PALO ALTO HELPED INVENT THE MODERN WORLD
PALO ALTO’S IMPACT IS HISTORIC AND GLOBAL.
HELP US BUILD a museum to share it.
Ready to Build and We Need Your Help
Message from the President
As we begin a New Year at the Palo Alto Museum, on behalf of the Museum Board I’m very pleased to report that Roth Building rehabilitation is well underway, developing spaces for museum exhibits, public spaces, a café, learning centers, and the permanent home of the Palo Alto Archives.
The extraordinary stories, the papers, photographs, and artifacts that document the history of this place that has carved such a deep mark on the lives of those near and far will be showcased in creative and new ways implementing the latest in museum design. We have never lost sight of the promise to create a museum showcasing the global impact of Palo Alto and Stanford University, and we continue to be committed to that goal.
Yet, even at this exciting stage, the job is not done. While we have turned the page from fundraising for rehabilitation and attaining the 40-year lease on the Roth Building, we have now entered a new chapter of necessary museum development to complete the vision:
- fundraising for the essential professional staff to design the Museum and to lead the organization, key positions to planning the Museum’s programs and exhibits using the latest ideas in museum design. The Board of Directors has set the practical goal of raising $3 million to sustain the Museum through this next phase.
- overseeing rehabilitation of the Roth Building
- ongoing and productive collaboration with City staff
- managing daily operations
- continuing work with the outstanding Teen Council’s efforts to record oral histories
Go by the Roth Building at 300 Homer and see the vision of the Museum as it is literally becoming a reality. The 1932 Palo Alto Clinic was designed by Palo Alto’s own Birge Clark and is listed on the National Register of Historic Places. It is a fitting place to be the Museum’s home. Peek through the construction fence at the entrance and you’ll notice that the Arnautoff frescoes are fully protected, ready for professional conservators to restore them to their full historical significance. The camellias in the courtyard are recognized as heritage plantings and are also being protected. Given current progress, we anticipate the rehabilitation will be completed in December 2024 with Museum doors open spring 2025.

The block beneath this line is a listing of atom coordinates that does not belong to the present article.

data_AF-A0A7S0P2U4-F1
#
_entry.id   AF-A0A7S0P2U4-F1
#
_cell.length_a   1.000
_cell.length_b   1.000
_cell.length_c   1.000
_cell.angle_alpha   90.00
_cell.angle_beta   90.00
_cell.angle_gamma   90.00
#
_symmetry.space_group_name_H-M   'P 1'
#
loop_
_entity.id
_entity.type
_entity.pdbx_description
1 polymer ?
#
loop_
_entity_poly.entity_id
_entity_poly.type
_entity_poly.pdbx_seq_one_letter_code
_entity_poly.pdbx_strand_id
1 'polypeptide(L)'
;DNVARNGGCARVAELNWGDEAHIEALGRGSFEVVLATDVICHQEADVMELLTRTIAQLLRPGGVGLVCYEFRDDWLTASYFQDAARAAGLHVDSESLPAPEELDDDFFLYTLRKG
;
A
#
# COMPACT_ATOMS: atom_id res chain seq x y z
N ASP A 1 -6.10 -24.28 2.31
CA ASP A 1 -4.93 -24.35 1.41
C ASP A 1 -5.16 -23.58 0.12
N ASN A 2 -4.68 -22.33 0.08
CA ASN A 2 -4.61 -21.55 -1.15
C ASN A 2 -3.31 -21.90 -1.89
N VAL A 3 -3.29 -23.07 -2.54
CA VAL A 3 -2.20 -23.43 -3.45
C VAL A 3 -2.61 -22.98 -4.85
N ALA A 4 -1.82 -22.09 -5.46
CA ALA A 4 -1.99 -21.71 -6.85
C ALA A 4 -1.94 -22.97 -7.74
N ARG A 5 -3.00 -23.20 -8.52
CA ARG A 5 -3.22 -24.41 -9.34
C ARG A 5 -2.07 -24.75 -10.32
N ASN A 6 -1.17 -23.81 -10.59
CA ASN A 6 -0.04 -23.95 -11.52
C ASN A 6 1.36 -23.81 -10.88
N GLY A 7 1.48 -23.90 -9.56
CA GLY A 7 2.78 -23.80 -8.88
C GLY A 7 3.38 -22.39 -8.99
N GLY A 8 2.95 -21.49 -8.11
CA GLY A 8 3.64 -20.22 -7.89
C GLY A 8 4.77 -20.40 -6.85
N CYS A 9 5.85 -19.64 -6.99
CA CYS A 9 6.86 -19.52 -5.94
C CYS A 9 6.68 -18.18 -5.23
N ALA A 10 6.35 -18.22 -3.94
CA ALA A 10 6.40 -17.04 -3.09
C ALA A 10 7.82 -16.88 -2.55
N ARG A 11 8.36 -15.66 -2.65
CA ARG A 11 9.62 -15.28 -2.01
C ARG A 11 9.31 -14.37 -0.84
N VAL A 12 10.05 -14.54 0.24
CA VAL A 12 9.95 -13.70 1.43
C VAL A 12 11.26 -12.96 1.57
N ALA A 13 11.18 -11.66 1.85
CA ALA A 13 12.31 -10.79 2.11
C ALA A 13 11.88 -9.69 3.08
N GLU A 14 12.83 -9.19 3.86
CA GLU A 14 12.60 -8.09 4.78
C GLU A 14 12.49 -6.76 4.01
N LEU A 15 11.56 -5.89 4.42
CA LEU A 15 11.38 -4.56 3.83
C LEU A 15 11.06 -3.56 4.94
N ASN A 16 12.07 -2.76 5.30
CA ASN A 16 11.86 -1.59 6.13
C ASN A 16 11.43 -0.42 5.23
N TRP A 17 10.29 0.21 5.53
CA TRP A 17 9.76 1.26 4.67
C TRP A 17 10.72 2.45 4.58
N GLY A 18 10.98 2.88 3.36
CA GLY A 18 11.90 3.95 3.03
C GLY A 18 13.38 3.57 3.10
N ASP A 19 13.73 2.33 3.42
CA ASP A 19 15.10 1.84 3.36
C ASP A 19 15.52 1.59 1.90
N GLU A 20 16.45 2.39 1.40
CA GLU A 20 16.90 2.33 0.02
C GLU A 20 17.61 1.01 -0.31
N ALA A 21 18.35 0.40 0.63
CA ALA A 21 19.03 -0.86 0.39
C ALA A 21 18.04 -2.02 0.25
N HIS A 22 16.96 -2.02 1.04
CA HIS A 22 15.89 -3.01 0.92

The Museum organization, including the Board of Directors, full-time staff, our Honorary Chairs, the Advisory Board, the amazing Teen Council, and dozens of volunteers, is strong and leading the way.
Palo Alto’s first History Museum will create a place where everyone is welcome and inspired to learn, share, imagine and create. It will showcase the many stories, known and presently unknown, that have not only made the Palo Alto-Stanford community one that is recognized world-wide but also one that we call home.
Join us now by sharing our enthusiasm, share it with others, contribute to the vision, volunteer your talents, contribute financially. There is no better time than now to put your mark on the future.
The historic Roth Building in downtown Palo Alto is the ideal location to build this community’s Museum, and we continue to work in partnership with the City to advance its rehabilitation. With approved plans and an active building permit in place, ours is the fastest and most cost-effective way to bring a history museum to our community.
David M. Kennedy giving public comment at the City Finance Committee meeting on behalf of the Museum
In Support of the Palo Alto Museum
“Palo Alto is the ‘stem cell’ of Silicon Valley, which has been home base for the most important evolution in the history of mankind: the technology industry. The Palo Alto stories of innovation and entrepreneurship that have led to valuable advances for the benefit of humanity are inspirational. The time to develop a world class museum for Palo Alto is now.”
William Hewlett and David Packard
Steve Wozniak and Andy Hertzfeld
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